At dusk, as the sun’s delineating light recedes, and day’s contrast fades into night’s consummate darkness; here, among the half-lit objects of nature, inference plays as large a role in seeing as passively observing does. The sun at noon, lighting the world head-on with sharp shadows, contour and color, prompts us to cognize depth and objects in space without need for thinking; and, setting—as its light casts longer shadows, lands on fewer and fewer corners—it flattens distance into an obfuscated shade, whose dimmed color and intimation of contour yet suggest depth unseen—a space inferential and largely unknowable through sight. A viewing bystander, left with a more or less familiar manifold of forms and a memory of day’s clear image, sorts what he sees by what he remembers: some things, a lake or a tree, announce themselves at once as ones of their types, while others he struggles to make simple sense of.—This phenomenon, the obfuscation of dusk, prompts a viewer, in attempting to discover what he’s seeing, to think of seeing—of the necessary element of thinking in seeing—and to acknowledge thereby that it is as much a matter of receiving what appears to one’s eyes as the product of relating that information to what else one has seen and thought. On that account, dusk is fit to the painter’s purpose, allowing Corot, in depicting a naturally obscured scene, to depict perception itself, and to generate never-before-seen forms identical with a mimetic explanation of the scene and everything in it.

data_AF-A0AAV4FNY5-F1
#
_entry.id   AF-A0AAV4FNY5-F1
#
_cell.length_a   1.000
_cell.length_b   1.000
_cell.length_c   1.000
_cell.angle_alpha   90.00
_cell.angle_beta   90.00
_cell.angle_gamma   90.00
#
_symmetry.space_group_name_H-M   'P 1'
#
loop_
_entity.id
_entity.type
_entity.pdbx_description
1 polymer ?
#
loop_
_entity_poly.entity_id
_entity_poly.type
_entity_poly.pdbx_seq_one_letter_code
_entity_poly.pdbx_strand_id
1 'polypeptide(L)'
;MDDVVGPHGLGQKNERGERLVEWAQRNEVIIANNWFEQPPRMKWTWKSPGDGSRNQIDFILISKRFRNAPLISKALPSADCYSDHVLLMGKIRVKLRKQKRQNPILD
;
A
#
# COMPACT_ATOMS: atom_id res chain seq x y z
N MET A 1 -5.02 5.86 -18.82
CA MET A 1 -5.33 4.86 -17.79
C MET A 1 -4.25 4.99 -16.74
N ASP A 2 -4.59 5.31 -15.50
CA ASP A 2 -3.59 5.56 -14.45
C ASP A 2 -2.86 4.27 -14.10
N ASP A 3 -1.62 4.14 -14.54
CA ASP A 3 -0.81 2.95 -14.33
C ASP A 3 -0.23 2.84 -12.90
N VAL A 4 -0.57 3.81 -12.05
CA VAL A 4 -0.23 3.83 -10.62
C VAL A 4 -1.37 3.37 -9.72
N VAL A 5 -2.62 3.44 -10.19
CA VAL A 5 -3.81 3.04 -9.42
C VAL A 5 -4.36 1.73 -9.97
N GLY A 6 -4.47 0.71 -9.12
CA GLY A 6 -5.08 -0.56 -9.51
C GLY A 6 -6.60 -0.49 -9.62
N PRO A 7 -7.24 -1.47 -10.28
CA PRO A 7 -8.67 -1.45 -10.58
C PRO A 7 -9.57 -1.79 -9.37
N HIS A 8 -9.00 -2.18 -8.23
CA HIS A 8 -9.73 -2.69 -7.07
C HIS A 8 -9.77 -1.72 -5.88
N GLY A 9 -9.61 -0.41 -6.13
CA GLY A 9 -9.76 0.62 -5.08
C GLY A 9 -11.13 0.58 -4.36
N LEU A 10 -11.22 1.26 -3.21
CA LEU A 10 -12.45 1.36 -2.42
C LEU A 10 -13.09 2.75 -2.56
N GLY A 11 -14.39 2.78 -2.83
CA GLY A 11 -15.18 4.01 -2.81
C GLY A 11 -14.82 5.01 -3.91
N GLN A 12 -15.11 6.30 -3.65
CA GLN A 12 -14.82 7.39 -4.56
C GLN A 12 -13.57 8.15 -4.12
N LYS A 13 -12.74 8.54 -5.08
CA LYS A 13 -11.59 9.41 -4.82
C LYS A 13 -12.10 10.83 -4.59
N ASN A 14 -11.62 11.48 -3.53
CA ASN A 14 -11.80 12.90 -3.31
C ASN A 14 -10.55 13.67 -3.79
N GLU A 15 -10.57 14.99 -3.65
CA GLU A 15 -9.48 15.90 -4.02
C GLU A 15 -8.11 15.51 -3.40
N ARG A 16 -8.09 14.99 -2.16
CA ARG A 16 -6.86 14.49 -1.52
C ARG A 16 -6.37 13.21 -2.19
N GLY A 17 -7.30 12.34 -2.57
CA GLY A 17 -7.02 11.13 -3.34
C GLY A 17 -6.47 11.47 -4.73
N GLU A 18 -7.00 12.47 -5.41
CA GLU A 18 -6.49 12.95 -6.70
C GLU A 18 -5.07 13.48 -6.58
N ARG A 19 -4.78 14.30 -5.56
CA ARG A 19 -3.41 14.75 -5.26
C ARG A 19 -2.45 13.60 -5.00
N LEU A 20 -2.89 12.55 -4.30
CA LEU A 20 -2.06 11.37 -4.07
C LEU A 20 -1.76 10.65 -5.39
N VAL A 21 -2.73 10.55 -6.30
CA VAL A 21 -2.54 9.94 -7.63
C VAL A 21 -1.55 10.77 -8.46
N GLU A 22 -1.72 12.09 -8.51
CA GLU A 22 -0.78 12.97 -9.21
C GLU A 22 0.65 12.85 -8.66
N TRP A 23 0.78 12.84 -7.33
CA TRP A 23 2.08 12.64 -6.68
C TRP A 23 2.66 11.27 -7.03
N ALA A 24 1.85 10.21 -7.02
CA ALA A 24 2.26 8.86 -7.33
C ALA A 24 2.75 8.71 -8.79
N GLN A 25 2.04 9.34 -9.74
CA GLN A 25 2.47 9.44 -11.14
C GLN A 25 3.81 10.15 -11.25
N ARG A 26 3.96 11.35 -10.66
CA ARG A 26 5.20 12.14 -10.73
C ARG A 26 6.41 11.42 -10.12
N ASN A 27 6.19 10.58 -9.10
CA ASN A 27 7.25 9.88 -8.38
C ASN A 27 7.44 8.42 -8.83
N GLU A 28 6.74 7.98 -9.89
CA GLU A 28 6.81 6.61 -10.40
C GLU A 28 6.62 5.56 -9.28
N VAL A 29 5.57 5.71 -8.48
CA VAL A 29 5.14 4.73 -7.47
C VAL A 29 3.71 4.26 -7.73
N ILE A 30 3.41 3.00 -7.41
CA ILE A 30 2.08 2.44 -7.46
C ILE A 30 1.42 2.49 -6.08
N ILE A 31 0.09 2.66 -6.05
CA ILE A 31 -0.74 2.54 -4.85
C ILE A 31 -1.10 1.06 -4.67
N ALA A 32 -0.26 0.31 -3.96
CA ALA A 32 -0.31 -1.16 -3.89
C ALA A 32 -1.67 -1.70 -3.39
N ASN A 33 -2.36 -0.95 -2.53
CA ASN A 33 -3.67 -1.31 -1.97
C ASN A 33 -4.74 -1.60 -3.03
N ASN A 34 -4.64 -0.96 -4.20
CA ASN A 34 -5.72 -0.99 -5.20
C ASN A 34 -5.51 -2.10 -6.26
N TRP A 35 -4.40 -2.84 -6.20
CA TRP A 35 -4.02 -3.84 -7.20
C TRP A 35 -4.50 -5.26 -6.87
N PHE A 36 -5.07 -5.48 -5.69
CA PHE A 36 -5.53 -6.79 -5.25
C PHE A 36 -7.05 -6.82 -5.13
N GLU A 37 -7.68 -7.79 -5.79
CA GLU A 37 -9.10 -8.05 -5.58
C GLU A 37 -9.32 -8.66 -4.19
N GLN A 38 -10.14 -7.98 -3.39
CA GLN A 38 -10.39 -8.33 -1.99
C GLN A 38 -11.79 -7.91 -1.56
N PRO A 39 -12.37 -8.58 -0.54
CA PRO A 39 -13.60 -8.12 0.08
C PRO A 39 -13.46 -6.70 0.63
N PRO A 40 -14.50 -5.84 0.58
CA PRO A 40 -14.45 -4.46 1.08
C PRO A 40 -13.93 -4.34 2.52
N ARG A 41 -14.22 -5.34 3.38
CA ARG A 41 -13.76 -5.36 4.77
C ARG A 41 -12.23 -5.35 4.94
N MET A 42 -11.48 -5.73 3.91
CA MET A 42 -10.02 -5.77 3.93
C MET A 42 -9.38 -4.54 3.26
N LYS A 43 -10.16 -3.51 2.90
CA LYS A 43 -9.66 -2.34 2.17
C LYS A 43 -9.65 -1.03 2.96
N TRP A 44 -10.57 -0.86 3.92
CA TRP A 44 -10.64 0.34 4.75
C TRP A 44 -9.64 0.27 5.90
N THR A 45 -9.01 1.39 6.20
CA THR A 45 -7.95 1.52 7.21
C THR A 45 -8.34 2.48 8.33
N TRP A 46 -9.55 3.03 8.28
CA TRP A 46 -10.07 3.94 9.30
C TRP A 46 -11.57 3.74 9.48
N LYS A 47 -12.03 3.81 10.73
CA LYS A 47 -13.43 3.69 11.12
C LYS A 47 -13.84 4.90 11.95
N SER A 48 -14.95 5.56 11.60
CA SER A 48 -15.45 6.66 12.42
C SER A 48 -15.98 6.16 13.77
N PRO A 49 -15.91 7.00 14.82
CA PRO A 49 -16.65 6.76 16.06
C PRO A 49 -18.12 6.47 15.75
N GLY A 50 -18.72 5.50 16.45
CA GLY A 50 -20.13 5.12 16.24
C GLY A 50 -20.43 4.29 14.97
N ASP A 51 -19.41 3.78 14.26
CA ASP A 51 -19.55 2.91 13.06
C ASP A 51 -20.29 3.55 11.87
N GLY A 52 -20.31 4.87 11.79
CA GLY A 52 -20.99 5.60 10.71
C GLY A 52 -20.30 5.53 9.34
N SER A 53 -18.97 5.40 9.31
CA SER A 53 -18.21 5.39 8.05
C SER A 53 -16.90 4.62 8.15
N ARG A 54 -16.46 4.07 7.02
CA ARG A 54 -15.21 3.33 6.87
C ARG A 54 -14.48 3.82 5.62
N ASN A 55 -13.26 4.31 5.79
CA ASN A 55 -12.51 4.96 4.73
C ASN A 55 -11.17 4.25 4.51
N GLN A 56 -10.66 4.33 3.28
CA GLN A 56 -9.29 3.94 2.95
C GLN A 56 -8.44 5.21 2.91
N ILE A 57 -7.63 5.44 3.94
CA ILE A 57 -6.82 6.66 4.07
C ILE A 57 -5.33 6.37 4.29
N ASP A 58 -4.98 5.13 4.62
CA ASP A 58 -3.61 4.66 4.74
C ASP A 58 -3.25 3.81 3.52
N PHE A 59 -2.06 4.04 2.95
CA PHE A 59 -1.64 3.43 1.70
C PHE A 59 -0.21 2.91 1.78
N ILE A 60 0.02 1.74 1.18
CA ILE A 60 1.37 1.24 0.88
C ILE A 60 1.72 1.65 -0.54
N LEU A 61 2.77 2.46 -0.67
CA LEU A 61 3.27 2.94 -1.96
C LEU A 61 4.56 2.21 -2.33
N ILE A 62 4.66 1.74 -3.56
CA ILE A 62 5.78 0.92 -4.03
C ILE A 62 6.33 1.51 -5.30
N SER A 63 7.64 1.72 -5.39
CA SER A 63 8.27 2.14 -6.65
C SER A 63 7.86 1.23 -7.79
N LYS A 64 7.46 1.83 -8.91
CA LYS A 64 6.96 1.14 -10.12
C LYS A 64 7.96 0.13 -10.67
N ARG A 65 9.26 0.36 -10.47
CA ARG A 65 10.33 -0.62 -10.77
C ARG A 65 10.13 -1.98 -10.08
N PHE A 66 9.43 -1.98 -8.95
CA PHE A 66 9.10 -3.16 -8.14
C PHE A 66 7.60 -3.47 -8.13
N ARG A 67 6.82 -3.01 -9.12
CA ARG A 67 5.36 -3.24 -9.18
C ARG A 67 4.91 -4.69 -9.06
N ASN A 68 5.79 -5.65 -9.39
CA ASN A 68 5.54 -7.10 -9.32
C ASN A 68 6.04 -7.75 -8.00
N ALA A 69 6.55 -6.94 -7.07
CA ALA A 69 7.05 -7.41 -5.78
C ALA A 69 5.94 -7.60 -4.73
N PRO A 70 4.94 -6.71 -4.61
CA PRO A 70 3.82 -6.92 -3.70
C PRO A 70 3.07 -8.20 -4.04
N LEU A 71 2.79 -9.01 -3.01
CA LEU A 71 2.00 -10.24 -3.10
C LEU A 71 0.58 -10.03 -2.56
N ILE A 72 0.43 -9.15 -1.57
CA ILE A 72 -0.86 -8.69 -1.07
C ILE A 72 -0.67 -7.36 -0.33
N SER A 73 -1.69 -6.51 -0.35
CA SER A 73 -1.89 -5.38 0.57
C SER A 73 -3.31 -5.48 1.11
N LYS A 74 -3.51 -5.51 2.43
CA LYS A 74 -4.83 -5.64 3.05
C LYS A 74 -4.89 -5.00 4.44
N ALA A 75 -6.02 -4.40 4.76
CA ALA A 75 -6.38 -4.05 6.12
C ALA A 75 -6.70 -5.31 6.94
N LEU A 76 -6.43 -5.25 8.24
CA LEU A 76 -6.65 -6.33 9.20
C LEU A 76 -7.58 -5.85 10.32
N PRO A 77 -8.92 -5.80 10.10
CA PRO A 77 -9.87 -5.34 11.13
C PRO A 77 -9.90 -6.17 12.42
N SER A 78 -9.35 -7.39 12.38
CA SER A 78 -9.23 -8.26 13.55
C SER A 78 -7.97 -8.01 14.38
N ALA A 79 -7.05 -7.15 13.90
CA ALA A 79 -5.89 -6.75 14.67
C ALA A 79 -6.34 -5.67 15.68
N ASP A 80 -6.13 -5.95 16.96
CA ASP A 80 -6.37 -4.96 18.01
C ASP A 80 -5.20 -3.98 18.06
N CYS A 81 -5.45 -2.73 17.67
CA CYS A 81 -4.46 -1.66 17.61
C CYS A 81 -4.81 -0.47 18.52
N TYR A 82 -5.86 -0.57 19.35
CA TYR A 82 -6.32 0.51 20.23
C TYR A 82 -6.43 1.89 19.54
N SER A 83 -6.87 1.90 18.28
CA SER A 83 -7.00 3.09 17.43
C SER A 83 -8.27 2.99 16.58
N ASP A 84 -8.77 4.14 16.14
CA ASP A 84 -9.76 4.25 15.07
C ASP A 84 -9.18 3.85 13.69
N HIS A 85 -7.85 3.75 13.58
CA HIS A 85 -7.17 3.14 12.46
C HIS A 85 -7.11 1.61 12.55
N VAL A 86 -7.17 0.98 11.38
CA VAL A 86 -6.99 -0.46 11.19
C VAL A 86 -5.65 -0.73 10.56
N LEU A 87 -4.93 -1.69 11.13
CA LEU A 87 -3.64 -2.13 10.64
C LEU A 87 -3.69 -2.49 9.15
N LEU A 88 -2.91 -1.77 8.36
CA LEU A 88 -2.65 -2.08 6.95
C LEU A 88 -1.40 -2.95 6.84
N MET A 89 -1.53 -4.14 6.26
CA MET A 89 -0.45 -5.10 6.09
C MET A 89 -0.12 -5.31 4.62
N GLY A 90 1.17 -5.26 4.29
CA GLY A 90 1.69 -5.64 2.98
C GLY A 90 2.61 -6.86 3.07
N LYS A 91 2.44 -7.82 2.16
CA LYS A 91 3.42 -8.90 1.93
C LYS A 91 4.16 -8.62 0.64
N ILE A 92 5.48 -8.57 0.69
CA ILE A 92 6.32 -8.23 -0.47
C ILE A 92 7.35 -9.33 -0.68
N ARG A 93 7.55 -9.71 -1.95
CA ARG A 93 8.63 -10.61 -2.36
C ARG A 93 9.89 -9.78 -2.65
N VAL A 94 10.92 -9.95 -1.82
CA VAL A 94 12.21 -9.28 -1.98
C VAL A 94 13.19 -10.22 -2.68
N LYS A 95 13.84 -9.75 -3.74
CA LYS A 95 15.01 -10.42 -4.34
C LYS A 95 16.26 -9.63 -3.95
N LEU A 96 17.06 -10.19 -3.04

The rest of the painting follows from Corot’s conception of nature, human perception, and the theme of dusk as a way of depicting both.

Nature is one form observed as many, and many forms inferred to be one. To depict this, distinctions between forms must be shown to be of our making. As leaf to branch to tree to landscape—as, if I may, clause to sentence to paragraph to essay—so brush stroke to figure to space to painting: they may all be seen individually, but to show that each is a part in relation to a greater form, emphasis falls not on the simple, the stroke, but on the whole, the painting, such that strokes are not self-contained forms, but run into and imply one another and something larger than each taken individually, something which they, in their interrelation, constitute. Groupings of forms, too, must be shown to be, in part, of our making: thus, every form of the painting, while recognizable, pushes the boundary of the general notion of that form to its extremity—such that trees grow parallel to the ground, felled stumps are as tall as sitting women—nearing, but refraining from becoming, impossibilities, left to be understood as peculiarities, which is to say, left as strikingly unique instances of recognizable forms.